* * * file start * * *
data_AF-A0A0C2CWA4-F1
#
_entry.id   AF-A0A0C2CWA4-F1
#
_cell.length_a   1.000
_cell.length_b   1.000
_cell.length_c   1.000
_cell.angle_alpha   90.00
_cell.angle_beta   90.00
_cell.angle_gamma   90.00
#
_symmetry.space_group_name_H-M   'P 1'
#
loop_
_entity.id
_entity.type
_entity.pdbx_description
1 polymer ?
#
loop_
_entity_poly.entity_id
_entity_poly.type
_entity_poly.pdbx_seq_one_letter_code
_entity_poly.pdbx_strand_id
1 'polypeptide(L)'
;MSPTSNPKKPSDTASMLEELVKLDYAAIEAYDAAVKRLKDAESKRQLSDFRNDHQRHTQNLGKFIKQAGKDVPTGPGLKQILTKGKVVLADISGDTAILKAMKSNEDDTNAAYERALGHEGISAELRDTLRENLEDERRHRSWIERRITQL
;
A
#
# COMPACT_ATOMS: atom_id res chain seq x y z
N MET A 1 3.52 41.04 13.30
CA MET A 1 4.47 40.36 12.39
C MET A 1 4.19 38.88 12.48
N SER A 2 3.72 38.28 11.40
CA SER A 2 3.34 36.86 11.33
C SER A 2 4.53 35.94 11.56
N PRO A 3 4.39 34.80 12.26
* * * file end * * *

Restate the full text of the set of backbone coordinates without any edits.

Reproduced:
data_AF-A0A0C2CWA4-F1
#
_entry.id   AF-A0A0C2CWA4-F1
#
_cell.length_a   1.000
_cell.length_b   1.000
_cell.length_c   1.000
_cell.angle_alpha   90.00
_cell.angle_beta   90.00
_cell.angle_gamma   90.00
#
_symmetry.space_group_name_H-M   'P 1'
#
loop_
_entity.id
_entity.type
_entity.pdbx_description
1 polymer ?
#
loop_
_entity_poly.entity_id
_entity_poly.type
_entity_poly.pdbx_seq_one_letter_code
_entity_poly.pdbx_strand_id
1 'polypeptide(L)'
;MSPTSNPKKPSDTASMLEELVKLDYAAIEAYDAAVKRLKDAESKRQLSDFRNDHQRHTQNLGKFIKQAGKDVPTGPGLKQILTKGKVVLADISGDTAILKAMKSNEDDTNAAYERALGHEGISAELRDTLRENLEDERRHRSWIERRITQL
;
A
#
# COMPACT_ATOMS: atom_id res chain seq x y z
N MET A 1 3.52 41.04 13.30
CA MET A 1 4.47 40.36 12.39
C MET A 1 4.19 38.88 12.48
N SER A 2 3.72 38.28 11.40
CA SER A 2 3.34 36.86 11.33
C SER A 2 4.53 35.94 11.56
N PRO A 3 4.39 34.80 12.26